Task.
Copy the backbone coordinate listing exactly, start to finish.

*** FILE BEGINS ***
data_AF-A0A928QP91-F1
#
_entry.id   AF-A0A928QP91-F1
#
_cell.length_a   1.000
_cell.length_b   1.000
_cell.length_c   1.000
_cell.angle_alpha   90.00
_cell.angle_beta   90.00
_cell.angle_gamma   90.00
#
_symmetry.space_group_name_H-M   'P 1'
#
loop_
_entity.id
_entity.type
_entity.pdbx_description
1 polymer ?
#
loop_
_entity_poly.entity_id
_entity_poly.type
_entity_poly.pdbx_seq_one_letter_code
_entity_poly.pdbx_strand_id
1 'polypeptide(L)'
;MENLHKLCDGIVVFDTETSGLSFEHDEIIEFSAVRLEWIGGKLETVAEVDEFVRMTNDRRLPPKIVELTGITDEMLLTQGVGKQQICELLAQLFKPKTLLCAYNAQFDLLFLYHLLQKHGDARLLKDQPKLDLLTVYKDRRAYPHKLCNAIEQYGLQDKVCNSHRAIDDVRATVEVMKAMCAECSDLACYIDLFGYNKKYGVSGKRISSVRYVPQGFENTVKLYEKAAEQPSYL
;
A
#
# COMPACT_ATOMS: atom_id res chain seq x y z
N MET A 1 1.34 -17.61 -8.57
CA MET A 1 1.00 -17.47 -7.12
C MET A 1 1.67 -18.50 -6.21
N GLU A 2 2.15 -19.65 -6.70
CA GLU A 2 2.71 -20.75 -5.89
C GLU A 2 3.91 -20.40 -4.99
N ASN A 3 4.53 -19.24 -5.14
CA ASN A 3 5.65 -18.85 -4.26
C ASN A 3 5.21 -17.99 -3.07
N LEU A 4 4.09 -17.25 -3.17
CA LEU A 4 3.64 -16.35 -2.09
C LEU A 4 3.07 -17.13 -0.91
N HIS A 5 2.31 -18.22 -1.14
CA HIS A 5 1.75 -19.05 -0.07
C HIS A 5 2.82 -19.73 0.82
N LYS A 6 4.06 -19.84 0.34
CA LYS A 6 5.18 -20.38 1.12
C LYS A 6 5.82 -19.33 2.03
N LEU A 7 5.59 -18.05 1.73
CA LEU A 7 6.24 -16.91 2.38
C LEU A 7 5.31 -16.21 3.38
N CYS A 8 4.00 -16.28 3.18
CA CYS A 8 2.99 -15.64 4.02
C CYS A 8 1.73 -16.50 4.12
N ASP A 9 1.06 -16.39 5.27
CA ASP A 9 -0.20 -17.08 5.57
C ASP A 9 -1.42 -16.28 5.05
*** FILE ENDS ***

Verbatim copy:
data_AF-A0A928QP91-F1
#
_entry.id   AF-A0A928QP91-F1
#
_cell.length_a   1.000
_cell.length_b   1.000
_cell.length_c   1.000
_cell.angle_alpha   90.00
_cell.angle_beta   90.00
_cell.angle_gamma   90.00
#
_symmetry.space_group_name_H-M   'P 1'
#
loop_
_entity.id
_entity.type
_entity.pdbx_description
1 polymer ?
#
loop_
_entity_poly.entity_id
_entity_poly.type
_entity_poly.pdbx_seq_one_letter_code
_entity_poly.pdbx_strand_id
1 'polypeptide(L)'
;MENLHKLCDGIVVFDTETSGLSFEHDEIIEFSAVRLEWIGGKLETVAEVDEFVRMTNDRRLPPKIVELTGITDEMLLTQGVGKQQICELLAQLFKPKTLLCAYNAQFDLLFLYHLLQKHGDARLLKDQPKLDLLTVYKDRRAYPHKLCNAIEQYGLQDKVCNSHRAIDDVRATVEVMKAMCAECSDLACYIDLFGYNKKYGVSGKRISSVRYVPQGFENTVKLYEKAAEQPSYL
;
A
#
# COMPACT_ATOMS: atom_id res chain seq x y z
N MET A 1 1.34 -17.61 -8.57
CA MET A 1 1.00 -17.47 -7.12
C MET A 1 1.67 -18.50 -6.21
N GLU A 2 2.15 -19.65 -6.70
CA GLU A 2 2.71 -20.75 -5.89
C GLU A 2 3.91 -20.40 -4.99
N ASN A 3 4.53 -19.24 -5.14
CA ASN A 3 5.65 -18.85 -4.26
C ASN A 3 5.21 -17.99 -3.07
N LEU A 4 4.09 -17.25 -3.17
CA LEU A 4 3.64 -16.35 -2.09
C LEU A 4 3.07 -17.13 -0.91
N HIS A 5 2.31 -18.22 -1.14
CA HIS A 5 1.75 -19.05 -0.07
C HIS A 5 2.82 -19.73 0.82
N LYS A 6 4.06 -19.84 0.34
CA LYS A 6 5.18 -20.38 1.12
C LYS A 6 5.82 -19.33 2.03
N LEU A 7 5.59 -18.05 1.73
CA LEU A 7 6.24 -16.91 2.38
C LEU A 7 5.31 -16.21 3.38
N CYS A 8 4.00 -16.28 3.18
CA CYS A 8 2.99 -15.64 4.02
C CYS A 8 1.73 -16.50 4.12
N ASP A 9 1.06 -16.39 5.27
CA ASP A 9 -0.20 -17.08 5.57
C ASP A 9 -1.42 -16.28 5.05